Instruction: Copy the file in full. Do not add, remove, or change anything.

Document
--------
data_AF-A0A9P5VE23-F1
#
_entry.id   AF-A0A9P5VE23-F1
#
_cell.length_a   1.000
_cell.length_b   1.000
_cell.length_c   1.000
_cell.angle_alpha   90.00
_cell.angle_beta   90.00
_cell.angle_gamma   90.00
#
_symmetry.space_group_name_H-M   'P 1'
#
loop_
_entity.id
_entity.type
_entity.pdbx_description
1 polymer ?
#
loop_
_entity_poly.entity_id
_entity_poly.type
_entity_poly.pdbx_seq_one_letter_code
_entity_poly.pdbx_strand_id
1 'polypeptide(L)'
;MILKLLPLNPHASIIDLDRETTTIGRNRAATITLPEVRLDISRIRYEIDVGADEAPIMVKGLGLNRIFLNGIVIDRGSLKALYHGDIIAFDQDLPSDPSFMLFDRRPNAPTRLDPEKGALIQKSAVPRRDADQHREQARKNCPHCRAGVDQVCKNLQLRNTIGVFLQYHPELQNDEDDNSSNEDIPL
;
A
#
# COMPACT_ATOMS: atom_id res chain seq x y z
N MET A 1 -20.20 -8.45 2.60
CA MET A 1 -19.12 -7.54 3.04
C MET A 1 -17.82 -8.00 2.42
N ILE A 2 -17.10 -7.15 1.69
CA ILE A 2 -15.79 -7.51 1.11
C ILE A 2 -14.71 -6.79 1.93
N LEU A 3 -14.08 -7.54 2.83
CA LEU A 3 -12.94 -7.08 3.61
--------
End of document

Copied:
data_AF-A0A9P5VE23-F1
#
_entry.id   AF-A0A9P5VE23-F1
#
_cell.length_a   1.000
_cell.length_b   1.000
_cell.length_c   1.000
_cell.angle_alpha   90.00
_cell.angle_beta   90.00
_cell.angle_gamma   90.00
#
_symmetry.space_group_name_H-M   'P 1'
#
loop_
_entity.id
_entity.type
_entity.pdbx_description
1 polymer ?
#
loop_
_entity_poly.entity_id
_entity_poly.type
_entity_poly.pdbx_seq_one_letter_code
_entity_poly.pdbx_strand_id
1 'polypeptide(L)'
;MILKLLPLNPHASIIDLDRETTTIGRNRAATITLPEVRLDISRIRYEIDVGADEAPIMVKGLGLNRIFLNGIVIDRGSLKALYHGDIIAFDQDLPSDPSFMLFDRRPNAPTRLDPEKGALIQKSAVPRRDADQHREQARKNCPHCRAGVDQVCKNLQLRNTIGVFLQYHPELQNDEDDNSSNEDIPL
;
A
#
# COMPACT_ATOMS: atom_id res chain seq x y z
N MET A 1 -20.20 -8.45 2.60
CA MET A 1 -19.12 -7.54 3.04
C MET A 1 -17.82 -8.00 2.42
N ILE A 2 -17.10 -7.15 1.69
CA ILE A 2 -15.79 -7.51 1.11
C ILE A 2 -14.71 -6.79 1.93
N LEU A 3 -14.08 -7.54 2.83
CA LEU A 3 -12.94 -7.08 3.61